STAFF EDITORIAL: Bishops Must Privilege Truth Over Cover-up

by The Editorial Board

 

All of us who are students at Boston College have grown up in a Church in which the specter of clergy sexual abuse and its cover-up has loomed ubiquitously, though waxing and waning at varying points. We have only ever known our Church as such, and here at this moment, the waxing of the crisis has again intensified.

 

The interweaving of the plot lines of various news stories that broke this summer have prompted a renewed outrage from the faithful on this matter. First was the revelation of the manipulative methods of the disgraced former cardinal, Archbishop Theodore McCarrick, whose propensity for grooming seminarians and young priests for his own sexual use was known and ignored by several of his peers in the episcopacy. Second was the release of the Pennsylvania grand jury report cataloguing the crimes committed against more than 1000 children and adolescents at the hands of nearly 300 priests and religious over a seventy-year period across six dioceses in that state. Third and most damningly was the credible, but as-of-yet-unconfirmed, accusation of the complicity of the Holy Father himself in the continued allowance of McCarrick’s leadership over and against sanctions secretly imposed upon him during the previous pontificate.

 

For some decades now, the leaders of the Church have believed the threat of scandal to be a greater evil than permissiveness towards sexual abuse. We, the editorial board and staff of The Torch, condemn these failed shepherds of ours and their severe misjudgment of the good. We stand with Pope Saint Gregory the Great in saying, “It is better that scandals arise than that truth be suppressed,” for the scandal of this cover-up has been many magnitudes greater than would have been the scandal of knowing the truth in the first instance and dealing with the perpetrators swiftly and justly.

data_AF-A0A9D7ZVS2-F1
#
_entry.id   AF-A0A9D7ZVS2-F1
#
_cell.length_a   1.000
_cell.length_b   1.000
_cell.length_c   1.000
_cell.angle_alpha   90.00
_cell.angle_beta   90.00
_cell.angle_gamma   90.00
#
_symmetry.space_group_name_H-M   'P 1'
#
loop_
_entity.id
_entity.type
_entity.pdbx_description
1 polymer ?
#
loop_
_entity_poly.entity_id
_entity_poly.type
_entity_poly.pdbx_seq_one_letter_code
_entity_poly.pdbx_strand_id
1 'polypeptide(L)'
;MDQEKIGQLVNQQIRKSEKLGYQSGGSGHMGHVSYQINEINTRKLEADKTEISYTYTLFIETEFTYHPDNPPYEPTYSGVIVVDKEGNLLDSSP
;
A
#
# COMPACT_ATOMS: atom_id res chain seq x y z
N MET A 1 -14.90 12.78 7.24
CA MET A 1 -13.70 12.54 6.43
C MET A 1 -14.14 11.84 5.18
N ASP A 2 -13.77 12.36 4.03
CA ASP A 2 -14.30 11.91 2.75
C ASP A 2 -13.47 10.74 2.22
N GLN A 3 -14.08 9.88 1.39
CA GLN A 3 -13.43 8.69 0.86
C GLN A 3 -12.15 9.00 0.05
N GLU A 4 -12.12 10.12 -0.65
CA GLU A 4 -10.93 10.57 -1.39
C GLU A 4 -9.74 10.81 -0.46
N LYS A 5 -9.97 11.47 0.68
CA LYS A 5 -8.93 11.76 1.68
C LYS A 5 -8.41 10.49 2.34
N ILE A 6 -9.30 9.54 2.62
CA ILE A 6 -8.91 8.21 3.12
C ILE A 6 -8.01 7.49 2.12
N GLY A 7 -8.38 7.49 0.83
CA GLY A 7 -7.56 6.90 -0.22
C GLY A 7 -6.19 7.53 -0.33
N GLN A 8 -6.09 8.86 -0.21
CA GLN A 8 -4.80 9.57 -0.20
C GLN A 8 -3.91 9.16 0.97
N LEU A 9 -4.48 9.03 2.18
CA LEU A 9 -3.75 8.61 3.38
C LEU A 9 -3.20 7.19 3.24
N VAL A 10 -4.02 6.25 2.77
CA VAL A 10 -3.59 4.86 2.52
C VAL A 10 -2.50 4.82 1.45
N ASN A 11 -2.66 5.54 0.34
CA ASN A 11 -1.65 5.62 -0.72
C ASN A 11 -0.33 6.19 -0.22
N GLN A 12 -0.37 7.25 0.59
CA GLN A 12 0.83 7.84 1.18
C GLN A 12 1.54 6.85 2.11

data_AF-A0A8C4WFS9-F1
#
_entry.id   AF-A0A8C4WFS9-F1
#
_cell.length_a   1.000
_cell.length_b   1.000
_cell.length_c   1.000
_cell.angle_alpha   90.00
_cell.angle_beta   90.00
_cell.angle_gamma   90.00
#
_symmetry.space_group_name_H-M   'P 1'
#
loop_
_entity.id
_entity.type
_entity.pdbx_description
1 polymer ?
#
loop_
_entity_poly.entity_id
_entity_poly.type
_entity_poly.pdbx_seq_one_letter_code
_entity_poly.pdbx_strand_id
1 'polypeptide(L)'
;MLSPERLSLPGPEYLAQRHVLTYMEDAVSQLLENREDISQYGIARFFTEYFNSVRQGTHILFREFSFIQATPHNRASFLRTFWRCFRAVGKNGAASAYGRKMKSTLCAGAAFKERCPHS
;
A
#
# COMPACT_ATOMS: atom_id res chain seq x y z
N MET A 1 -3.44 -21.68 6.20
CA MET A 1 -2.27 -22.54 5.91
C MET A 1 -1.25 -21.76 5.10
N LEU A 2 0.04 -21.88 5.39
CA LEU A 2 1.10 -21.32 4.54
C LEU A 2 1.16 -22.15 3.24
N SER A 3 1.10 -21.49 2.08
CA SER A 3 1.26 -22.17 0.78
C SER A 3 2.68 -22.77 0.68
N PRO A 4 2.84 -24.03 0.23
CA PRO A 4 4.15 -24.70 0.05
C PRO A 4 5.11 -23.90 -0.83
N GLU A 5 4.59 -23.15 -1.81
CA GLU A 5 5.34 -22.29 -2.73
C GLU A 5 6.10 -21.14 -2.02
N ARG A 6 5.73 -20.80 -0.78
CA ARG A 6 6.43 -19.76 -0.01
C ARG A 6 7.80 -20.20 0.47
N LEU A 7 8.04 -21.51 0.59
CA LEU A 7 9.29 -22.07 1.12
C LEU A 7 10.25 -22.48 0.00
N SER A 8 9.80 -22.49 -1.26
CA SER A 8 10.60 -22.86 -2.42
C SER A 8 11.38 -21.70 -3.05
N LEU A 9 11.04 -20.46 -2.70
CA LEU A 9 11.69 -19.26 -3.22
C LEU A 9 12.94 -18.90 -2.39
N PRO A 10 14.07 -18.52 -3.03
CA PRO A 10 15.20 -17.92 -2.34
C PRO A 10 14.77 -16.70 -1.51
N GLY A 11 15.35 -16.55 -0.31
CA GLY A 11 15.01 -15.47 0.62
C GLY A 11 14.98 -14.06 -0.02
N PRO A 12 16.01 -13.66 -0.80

Many Catholics rightly feel shaken for a number of reasons in times such as these. We had been warned by our Lord about wolves in sheep’s clothing, but the threat of wolves in shepherds’ clothing has caught us off guard and been far more damaging. Some question their faith on account of it all. However, we urge Catholic students here at Boston College, as well as Catholics beyond this campus, to remember that this has been a failure of men. Our faith is not in these men but in the one Man, the true Man, the new Man, the God-Man—Jesus of Nazareth, the Christ, the Son of God, the Savior.

 

We call upon Jesus in prayer to embrace all victims of sexual violence, especially those who have suffered this most grievous evil at the hands of those who had been entrusted with the sacred mission of caring for the People of God and leading us to the Kingdom. Time cannot be reversed so as to undo these wrongs, but eternity lies ahead of us and, with it, the promise of that place where every tear will be wiped away. Until that day comes for us all, may our Mother, the Church indefectible, be continually purified. Kyrie, eleison.

 


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